The little family moved in the very next night. For six months, all was well. Robert’s job was going better than expected, and he and Mary had made friends with the only neighbors they had. The front was next to the street, one side of the house had a store, and the back of the house was next to the town’s park. Their next-door neighbors included a boy of Gerald’s age named John. The thirteen-year-old boys became fast friends once Gerald’s family moved in. They were always together, whether in school or not.
During the evenings, Gerald found himself sitting on the bottom step of the staircase that led to the third-story room. There was something about a room that nobody was allowed to enter. He asked his dad if he had a problem not being allowed in that room. His dad responded by telling him, “As long as the rent is this cheap, that room will never be a problem for me.” His dad added, “You stay out of there too, Gerald!” Gerald had given his stepdad the correct answer of “yes, sir.” But the room he was not allowed to enter called to him and was becoming an obsession. Night after night, he found himself sitting on the bottom step of the staircase, leading to the mystery room on the third floor. However, he dared not go on up. “Why do I only sit on the bottom step and not go up the other four steps to the door?” He asked himself in a quiet voice.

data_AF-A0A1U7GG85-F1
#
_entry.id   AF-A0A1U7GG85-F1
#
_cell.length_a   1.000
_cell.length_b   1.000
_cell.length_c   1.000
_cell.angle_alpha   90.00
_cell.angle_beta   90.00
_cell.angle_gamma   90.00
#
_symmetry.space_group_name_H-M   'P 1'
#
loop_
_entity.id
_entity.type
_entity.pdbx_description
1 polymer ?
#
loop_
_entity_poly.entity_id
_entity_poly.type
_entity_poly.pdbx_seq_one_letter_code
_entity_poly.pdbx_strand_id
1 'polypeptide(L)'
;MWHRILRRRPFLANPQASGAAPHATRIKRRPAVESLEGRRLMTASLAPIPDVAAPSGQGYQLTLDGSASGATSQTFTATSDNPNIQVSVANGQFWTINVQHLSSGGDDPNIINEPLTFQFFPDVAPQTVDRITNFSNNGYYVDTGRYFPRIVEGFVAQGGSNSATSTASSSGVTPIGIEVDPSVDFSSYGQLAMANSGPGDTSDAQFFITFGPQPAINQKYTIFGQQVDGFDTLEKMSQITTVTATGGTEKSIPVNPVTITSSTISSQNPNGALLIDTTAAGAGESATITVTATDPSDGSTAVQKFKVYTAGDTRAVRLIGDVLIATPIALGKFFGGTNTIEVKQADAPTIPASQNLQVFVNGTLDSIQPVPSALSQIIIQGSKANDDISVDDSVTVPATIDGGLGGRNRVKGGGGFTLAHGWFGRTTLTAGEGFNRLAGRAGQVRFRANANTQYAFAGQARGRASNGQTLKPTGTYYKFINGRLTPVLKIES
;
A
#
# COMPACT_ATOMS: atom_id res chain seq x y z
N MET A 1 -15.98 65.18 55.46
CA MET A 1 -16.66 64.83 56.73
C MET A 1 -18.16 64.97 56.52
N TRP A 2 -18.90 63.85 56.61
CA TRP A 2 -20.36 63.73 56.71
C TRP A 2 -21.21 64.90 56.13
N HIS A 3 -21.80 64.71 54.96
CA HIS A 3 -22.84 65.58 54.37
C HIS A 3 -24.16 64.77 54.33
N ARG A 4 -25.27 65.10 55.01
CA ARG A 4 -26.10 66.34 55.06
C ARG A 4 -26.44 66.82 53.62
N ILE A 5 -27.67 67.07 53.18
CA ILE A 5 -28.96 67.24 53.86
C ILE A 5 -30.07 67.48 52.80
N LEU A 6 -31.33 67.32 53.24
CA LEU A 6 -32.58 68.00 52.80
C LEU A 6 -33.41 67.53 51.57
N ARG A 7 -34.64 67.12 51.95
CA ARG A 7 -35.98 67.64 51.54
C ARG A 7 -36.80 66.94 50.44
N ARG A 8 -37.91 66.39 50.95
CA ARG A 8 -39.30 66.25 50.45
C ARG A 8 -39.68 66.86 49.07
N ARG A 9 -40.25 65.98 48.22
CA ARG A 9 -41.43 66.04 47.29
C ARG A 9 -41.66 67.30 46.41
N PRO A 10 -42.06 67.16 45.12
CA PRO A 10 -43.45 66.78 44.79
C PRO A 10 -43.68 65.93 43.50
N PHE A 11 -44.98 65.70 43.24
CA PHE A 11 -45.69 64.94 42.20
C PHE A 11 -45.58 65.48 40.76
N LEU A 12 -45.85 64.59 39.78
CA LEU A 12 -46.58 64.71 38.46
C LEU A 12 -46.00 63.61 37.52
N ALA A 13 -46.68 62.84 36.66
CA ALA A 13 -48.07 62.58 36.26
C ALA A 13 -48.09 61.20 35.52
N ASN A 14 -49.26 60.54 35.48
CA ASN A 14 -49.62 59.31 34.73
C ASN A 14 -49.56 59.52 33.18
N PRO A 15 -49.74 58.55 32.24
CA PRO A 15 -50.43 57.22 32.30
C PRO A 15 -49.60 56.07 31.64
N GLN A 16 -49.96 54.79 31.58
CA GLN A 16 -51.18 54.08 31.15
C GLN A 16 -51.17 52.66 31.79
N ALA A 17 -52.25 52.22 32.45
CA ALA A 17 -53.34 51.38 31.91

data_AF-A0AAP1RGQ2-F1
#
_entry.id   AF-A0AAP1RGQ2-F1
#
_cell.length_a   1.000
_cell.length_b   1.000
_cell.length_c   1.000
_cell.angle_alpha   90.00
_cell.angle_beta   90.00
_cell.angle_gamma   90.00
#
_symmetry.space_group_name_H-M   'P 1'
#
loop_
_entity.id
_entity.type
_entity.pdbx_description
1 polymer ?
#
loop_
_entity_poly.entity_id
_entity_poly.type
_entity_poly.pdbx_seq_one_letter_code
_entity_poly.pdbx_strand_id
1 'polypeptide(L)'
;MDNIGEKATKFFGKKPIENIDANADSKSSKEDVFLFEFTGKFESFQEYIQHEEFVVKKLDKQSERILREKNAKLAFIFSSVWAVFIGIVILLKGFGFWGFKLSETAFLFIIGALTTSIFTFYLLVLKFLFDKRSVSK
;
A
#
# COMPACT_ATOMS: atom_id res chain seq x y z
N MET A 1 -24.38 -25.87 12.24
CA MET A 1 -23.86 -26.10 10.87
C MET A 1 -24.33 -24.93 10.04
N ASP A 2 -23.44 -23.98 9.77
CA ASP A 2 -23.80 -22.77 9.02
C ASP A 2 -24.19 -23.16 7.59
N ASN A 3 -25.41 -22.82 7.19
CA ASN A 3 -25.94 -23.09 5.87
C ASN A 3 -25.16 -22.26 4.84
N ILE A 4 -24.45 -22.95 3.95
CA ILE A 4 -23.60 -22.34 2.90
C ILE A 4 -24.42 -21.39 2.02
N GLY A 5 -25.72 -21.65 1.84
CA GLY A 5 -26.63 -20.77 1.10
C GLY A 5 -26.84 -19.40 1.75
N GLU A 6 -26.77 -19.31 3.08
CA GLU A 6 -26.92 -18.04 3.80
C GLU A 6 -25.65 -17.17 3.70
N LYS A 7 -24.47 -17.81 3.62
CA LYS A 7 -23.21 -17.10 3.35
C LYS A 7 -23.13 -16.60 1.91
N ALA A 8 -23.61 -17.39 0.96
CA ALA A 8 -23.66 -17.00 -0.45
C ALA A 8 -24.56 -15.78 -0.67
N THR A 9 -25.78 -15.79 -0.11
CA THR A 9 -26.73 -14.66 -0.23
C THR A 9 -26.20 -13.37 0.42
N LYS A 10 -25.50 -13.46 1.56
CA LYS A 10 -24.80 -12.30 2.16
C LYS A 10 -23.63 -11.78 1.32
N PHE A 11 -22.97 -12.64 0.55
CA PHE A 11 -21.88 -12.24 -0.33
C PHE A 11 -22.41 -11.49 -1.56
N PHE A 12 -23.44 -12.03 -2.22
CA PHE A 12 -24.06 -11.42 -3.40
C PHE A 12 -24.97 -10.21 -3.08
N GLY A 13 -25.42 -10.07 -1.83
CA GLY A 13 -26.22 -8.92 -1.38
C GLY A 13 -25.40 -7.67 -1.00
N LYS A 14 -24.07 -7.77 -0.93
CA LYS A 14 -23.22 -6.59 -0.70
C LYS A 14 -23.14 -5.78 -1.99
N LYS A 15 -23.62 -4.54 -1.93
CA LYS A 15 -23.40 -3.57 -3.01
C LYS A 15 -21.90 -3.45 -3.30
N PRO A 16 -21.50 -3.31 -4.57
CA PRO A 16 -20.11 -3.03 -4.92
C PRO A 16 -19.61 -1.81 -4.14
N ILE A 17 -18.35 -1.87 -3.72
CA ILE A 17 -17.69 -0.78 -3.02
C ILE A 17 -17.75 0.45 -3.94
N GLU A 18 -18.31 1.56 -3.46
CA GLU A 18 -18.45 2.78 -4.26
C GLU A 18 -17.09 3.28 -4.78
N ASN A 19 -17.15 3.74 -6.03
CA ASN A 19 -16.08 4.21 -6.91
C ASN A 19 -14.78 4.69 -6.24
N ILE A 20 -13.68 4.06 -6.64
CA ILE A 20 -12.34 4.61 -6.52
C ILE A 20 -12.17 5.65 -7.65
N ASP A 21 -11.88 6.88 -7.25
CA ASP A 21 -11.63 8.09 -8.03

One night, while staring at the third-floor door, he thought he heard something shuffling around up there. Gerald put it in the category of wishful thinking. “It sure would be something if there was a ghost!” He thought. Then it happened! A low voice spoke, “Come closer.” Gerald jumped to his feet, ran to his room, and was under the covers on his bed before he dared take a breath! After about ten minutes of sheer panic, he finally calmed down. “It was my imagination.” “That’s all it was,” he said to himself with a chuckle. But, in the back of his mind, he could still hear that voice: “Come closer.” This sent chills down his spine and kept him away from the stairs for a week. He decided not to mention this to anyone.